I’m still learning this myself as it’s not just a one-time thing. I deal with impostor syndrome almost every day. My friends can tell you! It’s important to talk about it so that we can begin to have conversations around how to conquer it. Here are some things that help me:

Be aware

It takes being more mindful but it is VERY important to be aware of the times when the negative self talk is present. See if you can identify those instances where you may be saying to yourself, “All those women are awesome, why am I even being considered for this opportunity.”, “I don’t have enough experience for that job.”, or “This is not going to go well.” By being aware of these instances, you can start talking back and talking yourself through these situations.

Take baby steps.

I am a big fan of tiny actions because sometimes big actions are too big especially for those of us who are not used to it. In my story, by putting my name in the hat, even though I had no idea it would work, I saw that as a tiny step, a tiny risk. Other things like putting myself out there to do speaking engagements even though speaking scares the bejesus out of me, is another baby step. The key here is that every little time you put yourself out there and you stretch, you’ll get a little bit better, and a little bit more confident.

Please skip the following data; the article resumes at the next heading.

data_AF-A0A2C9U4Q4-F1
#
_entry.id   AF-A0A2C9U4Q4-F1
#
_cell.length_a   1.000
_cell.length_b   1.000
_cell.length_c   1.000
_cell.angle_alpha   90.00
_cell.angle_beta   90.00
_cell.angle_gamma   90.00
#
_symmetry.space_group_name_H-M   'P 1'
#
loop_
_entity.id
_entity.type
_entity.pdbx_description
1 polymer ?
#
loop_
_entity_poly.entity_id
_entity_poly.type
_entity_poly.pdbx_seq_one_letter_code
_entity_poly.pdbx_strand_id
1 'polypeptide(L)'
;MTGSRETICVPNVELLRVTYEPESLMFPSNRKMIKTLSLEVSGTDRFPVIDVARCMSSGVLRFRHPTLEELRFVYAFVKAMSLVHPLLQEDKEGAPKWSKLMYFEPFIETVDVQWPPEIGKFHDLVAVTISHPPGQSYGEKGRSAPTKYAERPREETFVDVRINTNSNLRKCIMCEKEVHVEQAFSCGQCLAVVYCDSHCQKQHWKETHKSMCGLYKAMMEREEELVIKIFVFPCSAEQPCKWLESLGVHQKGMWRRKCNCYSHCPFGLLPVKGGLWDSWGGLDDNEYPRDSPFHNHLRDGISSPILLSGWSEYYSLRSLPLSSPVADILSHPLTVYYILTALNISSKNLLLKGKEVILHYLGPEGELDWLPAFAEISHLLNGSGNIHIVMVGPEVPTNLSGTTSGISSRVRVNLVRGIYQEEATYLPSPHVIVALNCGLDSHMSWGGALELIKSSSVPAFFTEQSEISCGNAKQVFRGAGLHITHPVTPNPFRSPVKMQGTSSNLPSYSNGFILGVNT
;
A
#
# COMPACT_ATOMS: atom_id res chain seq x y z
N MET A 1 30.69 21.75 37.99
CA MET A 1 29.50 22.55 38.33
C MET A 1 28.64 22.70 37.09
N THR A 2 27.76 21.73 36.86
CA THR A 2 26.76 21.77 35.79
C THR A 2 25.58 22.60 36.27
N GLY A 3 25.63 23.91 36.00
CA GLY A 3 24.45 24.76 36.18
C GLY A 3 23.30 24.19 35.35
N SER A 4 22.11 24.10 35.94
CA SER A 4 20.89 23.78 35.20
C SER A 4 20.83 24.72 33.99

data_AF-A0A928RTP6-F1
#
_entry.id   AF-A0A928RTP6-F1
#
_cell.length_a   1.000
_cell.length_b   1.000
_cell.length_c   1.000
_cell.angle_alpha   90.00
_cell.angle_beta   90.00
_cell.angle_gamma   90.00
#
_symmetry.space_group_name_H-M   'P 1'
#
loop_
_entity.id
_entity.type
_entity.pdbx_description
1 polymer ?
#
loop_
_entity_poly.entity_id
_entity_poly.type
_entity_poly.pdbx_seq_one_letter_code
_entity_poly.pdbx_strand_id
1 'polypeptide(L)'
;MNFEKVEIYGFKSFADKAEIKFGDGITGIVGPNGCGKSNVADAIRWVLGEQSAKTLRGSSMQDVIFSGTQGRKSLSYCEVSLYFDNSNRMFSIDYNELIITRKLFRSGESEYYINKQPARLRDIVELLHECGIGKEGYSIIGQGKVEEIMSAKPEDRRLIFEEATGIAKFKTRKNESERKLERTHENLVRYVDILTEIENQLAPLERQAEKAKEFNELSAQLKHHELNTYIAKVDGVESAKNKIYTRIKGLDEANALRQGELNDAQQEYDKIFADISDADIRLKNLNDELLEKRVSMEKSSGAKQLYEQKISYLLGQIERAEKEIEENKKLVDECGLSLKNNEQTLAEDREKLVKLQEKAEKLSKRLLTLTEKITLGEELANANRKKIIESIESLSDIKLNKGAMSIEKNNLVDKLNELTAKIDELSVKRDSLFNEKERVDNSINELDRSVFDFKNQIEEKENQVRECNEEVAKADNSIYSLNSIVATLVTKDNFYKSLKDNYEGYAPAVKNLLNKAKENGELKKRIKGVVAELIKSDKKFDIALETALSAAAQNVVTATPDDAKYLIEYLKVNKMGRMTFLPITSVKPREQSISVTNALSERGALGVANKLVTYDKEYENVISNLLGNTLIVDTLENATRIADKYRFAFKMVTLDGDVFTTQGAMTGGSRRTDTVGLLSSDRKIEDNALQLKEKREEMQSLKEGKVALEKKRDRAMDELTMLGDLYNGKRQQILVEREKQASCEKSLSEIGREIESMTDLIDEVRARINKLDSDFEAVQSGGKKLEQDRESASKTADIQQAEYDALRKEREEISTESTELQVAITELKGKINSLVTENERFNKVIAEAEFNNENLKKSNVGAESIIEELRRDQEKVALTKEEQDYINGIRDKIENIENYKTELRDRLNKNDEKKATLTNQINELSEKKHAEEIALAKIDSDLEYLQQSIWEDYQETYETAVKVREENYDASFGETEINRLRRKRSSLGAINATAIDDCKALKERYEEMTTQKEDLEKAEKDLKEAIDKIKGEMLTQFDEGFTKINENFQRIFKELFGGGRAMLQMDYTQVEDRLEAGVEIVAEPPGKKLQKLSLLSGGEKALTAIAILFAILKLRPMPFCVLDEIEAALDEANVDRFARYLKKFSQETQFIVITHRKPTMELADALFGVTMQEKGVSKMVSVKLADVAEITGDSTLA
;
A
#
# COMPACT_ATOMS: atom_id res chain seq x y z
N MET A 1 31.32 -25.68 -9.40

Look at your track record.

I am sure there have been difficulties and challenging situations in your past that you probably didn’t think you could get through. But you did. Think back on those and remember how you were able to figure it out, most likely through hard work and persistence. You’ve already proven yourself. You figured it out before. You can absolutely do it again. You got this.